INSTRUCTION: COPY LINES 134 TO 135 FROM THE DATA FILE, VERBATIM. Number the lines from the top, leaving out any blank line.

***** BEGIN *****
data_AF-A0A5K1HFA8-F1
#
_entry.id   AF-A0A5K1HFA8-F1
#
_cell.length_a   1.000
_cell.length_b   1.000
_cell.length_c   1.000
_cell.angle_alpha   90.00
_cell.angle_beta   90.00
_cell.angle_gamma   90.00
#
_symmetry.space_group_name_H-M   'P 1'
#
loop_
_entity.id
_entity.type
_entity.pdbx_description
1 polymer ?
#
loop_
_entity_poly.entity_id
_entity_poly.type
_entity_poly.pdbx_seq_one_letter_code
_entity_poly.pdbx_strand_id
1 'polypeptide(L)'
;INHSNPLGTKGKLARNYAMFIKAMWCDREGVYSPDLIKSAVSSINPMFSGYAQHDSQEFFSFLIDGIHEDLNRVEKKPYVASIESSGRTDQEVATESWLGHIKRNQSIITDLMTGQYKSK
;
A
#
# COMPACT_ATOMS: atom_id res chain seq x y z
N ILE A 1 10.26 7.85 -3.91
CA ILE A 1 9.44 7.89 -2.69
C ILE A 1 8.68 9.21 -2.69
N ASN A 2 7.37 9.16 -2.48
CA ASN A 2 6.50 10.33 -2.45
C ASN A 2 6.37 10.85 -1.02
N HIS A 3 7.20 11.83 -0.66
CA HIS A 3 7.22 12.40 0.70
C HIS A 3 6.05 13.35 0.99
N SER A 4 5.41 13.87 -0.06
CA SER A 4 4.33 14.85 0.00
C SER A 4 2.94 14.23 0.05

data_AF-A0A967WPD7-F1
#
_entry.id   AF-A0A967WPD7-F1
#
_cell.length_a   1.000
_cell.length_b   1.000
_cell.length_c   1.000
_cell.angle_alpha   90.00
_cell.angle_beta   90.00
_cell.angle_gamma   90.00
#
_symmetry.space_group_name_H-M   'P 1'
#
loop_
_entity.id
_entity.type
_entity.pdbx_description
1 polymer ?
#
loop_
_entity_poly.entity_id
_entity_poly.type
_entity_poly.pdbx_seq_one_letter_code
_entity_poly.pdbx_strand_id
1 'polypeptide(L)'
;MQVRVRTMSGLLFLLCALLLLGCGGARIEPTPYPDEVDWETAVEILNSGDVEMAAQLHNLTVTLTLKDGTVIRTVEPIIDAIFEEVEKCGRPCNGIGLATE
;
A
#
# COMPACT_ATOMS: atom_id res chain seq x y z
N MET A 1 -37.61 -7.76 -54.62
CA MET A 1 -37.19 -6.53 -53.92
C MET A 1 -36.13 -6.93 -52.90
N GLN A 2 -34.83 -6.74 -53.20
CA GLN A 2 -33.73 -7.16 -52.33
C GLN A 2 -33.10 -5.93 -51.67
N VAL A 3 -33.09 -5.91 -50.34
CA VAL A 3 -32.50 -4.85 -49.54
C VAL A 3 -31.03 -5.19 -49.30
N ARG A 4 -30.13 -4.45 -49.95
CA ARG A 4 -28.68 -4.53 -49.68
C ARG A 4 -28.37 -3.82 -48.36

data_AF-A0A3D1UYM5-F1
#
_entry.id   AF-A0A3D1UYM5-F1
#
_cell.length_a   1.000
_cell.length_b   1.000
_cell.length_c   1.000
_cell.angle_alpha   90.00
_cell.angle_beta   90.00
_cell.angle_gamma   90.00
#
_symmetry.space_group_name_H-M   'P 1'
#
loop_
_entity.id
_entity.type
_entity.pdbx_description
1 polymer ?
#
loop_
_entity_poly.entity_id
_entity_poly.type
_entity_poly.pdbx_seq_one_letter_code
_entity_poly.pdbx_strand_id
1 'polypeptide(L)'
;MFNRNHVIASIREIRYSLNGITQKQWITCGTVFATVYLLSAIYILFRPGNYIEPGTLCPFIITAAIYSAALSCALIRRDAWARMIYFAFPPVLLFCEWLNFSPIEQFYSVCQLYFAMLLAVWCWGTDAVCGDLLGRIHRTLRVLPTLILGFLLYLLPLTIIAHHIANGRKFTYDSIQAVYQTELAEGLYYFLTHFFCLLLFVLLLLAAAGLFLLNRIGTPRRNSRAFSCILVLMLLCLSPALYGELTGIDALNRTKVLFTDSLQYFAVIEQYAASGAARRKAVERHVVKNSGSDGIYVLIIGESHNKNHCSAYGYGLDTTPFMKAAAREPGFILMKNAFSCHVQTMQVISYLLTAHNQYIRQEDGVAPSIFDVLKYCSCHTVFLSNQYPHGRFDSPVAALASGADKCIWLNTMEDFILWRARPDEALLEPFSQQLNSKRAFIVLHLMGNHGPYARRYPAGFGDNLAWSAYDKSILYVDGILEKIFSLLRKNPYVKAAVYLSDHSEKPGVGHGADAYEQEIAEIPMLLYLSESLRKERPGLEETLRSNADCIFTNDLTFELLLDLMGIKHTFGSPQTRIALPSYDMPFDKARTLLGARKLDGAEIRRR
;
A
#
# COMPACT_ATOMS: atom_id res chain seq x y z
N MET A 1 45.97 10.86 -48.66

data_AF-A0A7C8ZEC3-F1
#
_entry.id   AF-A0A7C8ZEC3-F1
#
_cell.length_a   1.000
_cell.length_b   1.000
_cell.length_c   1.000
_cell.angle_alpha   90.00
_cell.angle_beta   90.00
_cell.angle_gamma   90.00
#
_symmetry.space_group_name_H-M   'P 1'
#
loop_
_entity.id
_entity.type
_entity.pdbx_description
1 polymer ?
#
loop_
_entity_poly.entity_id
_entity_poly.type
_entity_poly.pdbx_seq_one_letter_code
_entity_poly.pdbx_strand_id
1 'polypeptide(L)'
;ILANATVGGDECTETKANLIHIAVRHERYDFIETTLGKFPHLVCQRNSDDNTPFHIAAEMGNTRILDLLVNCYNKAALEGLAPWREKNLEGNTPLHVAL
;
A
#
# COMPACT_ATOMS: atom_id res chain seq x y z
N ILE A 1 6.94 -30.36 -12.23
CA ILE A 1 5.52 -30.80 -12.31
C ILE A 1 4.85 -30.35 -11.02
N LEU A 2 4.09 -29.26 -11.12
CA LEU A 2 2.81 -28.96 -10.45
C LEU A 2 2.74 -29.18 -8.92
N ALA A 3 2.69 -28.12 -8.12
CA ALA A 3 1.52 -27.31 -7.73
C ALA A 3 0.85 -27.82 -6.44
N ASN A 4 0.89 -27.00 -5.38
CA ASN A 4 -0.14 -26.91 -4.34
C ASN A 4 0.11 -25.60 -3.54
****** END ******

#
loop_